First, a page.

LoveSpell, $5.99, ISBN 0-505-52324-8
Fantasy Romance, 1999
Talk about intriguing premises. Cupid is bored. He is not the chubby little harbinger of love as we know him in other stories, but a bringer of chaos and mischief. Now, having done all sorts of mayhem, Cupid is suffering from ennui. For a lark, he is inspired to try something new, i.e. bring two most incompatible persons together for three weeks and see if they would fall in love (new?). The thing is, he brings Four-Two-N from 2030 and Leith Campbell from the 1700s and shanghais them both in year 2000.
Adding to the fun, in 2030, a virus has wiped out all men for a while now, and women rule the world. Four-Two-N’s occupation is creating manly robots to cater for female companionship, and her Stud-Muffin Stuart and Hunka-Hunka Burning Love Leroy models sell like hot cakes. Get your mind out of the gutter – the author isn’t daring enough to make those robots functional in all way! Four-Two-N wakes up one morning to find herself sharing a bed with a naked Scotsman (that’s Leith), and thinking it is a joke from a rival man/toy-manufacturer, decides to do a little exploring. To test for rivals’ trade secrets, so to speak. Boy, is she surprised when that toy salutes her in the grand tradition of old.
Leith and Four-Two-N (whom he calls Fortune, a name that stays for the rest of the book, much to my relief) then stick together to explore this new time and find their way home.
That’s it really.
After all that exciting setting of premises, the story fizzles out into a long, minute-by-minute account of everything these two intrepid time-travelers do in the three weeks. Unfortunately, the things they do aren’t that interesting. They talk a lot, they fantasize about each other’s body, they talk some more, they meet a kind couple who takes them in, Cupid meddles a little but is generally inconsequential, and before the day ends, they talk about the things they’d left out earlier the day. Then it’s a new day and the cycle repeats. Not very interesting.
The conflict that is supposed to make these two mismatched isn’t much either. He sees his foster family massacred by his kin, and is suffering from a massive dose of guilt that surfaces only during convenient times. She is full of self-doubts – “Can we last? If we make a baby together, how can I bring him up in isolation? Can I love him? I’m in love with him – does he love me? Can he love me?” and so forth. Again, nothing interesting. Cupid, the next time you want mismatched couples, call me. I’d like to introduce you to this 500-pound couch potato with disgusting table manners and a 50-pound anorexic, spoiled daddy’s-rich-girl airhead.
Sometimes even if the plot drags, fun characters can save the show. In this book, Leith and Fortune aren’t very fun. Hence I begin to take note of inaccuracies and inconsistencies in the plotting. It is particularly irritating to read the author’s naive perception of a world with no males. I’m supposed to believe that with the absence of the Y chromosome in the world, there will be no crime, no violence. Um, I don’t think so. Fortune doesn’t like the idea of violence. When she is robbed and Leith wants to cobble that scum to a bloody pulp, she intervenes. But my blood pressure hits the roof when she starts advocating logical psychiatrist discussions and peaceful solutions with the thief. If women get this ninny in the future, count me out. This is not world peace, this is a thief who may hurt you. What’s wrong with just shaking that man and hauling his bum off to jail? Nincompoop, that woman. I bet she’s the sort of woman who sits down and treats her child like an adult, trying to tell the screaming kid to calm down and find his inner self (or something), then spending a fortune in shrink bills on that child when the poor boy doesn’t respond to her psychobabble.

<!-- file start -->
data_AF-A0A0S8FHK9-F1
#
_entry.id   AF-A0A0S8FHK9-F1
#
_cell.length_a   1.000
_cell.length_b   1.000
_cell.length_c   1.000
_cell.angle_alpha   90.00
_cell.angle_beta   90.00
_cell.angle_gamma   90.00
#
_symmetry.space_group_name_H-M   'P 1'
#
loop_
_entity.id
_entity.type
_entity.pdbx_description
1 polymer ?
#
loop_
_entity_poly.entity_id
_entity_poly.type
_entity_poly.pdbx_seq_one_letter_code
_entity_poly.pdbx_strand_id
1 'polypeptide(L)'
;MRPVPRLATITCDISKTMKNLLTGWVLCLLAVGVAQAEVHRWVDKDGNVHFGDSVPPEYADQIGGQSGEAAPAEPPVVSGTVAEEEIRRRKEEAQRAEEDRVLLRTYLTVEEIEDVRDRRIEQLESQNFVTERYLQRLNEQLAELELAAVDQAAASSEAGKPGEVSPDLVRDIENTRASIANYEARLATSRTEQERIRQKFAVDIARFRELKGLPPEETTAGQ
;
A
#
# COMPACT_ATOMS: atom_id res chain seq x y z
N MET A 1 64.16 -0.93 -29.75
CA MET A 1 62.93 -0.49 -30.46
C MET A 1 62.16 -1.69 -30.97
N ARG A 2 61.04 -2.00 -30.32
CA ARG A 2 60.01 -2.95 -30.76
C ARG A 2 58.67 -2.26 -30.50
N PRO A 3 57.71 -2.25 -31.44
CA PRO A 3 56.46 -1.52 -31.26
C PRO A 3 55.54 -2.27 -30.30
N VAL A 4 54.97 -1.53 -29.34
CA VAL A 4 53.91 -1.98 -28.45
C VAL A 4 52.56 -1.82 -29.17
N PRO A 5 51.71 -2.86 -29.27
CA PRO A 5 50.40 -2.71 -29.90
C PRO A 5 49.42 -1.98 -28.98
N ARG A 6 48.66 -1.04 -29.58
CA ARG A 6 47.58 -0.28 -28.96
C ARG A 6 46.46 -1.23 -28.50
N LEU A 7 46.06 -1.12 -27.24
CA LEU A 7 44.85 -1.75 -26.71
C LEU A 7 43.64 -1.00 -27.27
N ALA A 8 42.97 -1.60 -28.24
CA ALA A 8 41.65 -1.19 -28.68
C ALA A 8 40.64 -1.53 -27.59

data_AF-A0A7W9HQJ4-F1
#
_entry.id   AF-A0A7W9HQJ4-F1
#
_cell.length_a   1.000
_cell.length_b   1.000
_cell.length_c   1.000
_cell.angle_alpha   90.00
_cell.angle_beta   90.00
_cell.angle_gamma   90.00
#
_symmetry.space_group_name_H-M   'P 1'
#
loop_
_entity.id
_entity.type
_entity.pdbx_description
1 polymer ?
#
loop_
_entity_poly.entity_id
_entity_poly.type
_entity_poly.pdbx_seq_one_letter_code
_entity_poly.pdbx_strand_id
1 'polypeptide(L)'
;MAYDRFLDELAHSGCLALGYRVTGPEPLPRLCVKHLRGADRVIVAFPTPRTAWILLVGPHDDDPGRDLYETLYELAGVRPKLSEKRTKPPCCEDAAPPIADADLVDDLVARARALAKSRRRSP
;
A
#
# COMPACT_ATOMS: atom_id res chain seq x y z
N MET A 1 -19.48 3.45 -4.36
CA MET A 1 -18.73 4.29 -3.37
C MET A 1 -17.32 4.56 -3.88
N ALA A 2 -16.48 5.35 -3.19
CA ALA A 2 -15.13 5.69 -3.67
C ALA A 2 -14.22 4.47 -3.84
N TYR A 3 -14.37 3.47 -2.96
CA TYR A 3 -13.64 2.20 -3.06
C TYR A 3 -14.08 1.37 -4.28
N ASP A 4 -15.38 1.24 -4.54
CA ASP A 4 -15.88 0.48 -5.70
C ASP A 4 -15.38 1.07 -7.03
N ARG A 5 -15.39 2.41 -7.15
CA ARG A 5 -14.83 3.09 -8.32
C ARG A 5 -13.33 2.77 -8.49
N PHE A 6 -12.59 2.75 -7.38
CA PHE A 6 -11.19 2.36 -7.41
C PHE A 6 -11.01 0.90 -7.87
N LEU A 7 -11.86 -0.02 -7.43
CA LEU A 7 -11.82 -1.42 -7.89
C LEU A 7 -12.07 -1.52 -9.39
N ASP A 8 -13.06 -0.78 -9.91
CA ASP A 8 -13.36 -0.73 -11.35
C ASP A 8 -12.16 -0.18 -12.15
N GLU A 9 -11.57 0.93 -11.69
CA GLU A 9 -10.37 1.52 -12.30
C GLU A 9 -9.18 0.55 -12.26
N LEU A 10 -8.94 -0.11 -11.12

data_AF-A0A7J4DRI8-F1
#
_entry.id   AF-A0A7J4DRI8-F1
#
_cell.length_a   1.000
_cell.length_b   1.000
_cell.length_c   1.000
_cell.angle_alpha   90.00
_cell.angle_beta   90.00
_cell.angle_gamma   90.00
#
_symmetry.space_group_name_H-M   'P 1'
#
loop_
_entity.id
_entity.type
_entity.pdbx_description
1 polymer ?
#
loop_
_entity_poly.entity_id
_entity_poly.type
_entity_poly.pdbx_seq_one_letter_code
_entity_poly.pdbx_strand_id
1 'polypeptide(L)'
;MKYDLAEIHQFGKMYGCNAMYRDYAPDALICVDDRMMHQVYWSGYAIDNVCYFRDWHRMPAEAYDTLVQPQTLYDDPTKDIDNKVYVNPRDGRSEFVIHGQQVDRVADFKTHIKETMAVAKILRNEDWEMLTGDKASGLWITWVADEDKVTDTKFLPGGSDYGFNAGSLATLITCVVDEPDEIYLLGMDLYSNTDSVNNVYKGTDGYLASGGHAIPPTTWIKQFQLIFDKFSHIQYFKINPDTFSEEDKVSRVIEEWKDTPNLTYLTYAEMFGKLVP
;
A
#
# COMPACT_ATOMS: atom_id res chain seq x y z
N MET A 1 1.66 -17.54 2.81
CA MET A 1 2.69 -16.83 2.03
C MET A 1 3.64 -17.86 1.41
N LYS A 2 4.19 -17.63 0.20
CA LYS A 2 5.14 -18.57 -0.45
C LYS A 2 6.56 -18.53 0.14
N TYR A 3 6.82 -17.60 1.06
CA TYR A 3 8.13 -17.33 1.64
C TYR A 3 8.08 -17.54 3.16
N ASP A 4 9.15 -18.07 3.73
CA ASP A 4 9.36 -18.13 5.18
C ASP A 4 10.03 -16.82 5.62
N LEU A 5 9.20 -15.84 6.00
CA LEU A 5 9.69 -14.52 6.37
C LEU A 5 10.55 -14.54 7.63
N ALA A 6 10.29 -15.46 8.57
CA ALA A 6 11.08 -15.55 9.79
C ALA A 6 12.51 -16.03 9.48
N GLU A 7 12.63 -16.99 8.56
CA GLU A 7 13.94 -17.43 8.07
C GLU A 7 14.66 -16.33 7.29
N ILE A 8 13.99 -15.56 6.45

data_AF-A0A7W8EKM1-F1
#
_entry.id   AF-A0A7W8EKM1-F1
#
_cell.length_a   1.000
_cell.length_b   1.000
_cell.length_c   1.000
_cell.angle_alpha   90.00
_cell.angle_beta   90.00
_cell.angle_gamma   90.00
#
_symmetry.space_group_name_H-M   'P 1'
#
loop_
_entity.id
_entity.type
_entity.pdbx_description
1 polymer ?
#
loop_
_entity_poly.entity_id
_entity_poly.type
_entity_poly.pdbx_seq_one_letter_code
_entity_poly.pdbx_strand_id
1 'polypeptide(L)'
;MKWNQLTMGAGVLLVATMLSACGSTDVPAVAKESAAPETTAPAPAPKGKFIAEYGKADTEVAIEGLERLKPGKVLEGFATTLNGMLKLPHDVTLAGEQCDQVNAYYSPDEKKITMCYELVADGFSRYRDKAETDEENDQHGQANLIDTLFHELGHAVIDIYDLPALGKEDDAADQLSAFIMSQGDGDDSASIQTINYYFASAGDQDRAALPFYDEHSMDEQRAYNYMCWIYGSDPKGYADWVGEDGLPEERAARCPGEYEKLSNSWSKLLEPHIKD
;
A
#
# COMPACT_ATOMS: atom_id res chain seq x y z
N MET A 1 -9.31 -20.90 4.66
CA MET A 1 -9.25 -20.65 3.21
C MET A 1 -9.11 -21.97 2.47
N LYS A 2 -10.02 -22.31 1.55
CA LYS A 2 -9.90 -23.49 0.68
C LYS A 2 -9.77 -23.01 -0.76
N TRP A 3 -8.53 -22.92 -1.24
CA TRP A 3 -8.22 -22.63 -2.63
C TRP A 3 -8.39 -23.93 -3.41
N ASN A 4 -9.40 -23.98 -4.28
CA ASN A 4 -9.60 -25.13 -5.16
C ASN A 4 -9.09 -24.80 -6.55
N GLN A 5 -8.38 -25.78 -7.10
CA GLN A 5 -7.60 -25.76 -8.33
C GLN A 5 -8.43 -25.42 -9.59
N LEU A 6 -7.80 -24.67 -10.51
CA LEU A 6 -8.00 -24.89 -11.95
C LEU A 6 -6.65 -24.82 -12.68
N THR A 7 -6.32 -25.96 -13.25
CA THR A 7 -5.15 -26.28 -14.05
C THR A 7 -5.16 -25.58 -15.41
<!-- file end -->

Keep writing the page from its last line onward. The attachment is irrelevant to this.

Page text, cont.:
As for Leith, well, he seems fake. He’s this braw Scots warrior, but he speaks like a man from the 21st century. The Scottish accent disappears for the most of the time, surfacing only when he wants to whisper sexy compliments to wee lass Fortune. And for a man of the 1700’s, he is too comfortable with the amenities in year 2000. As a result, he rings hollow as a realistic character.
If women are so lovey-dovey in the future, then why do they give themselves not names but numerical identification codes like Four-Two-N? If we are to perpetuate the stereotype of woman as the ultimate source of maternal warmth, why not perpetuate the notion that women are all maternal sources of creativity as well? We can all have beautiful, flowery names by 2030.
Believe me, I wouldn’t be ranting if the story is good and manages to involve me in the lead characters’ antics. But when the story just leaves me bored, as if I’m a disinterested observer from a long distance away, I can’t help picking on things. And when I do get on the soapbox, there’s no stopping me.
And now, about that cloning thing in 2030…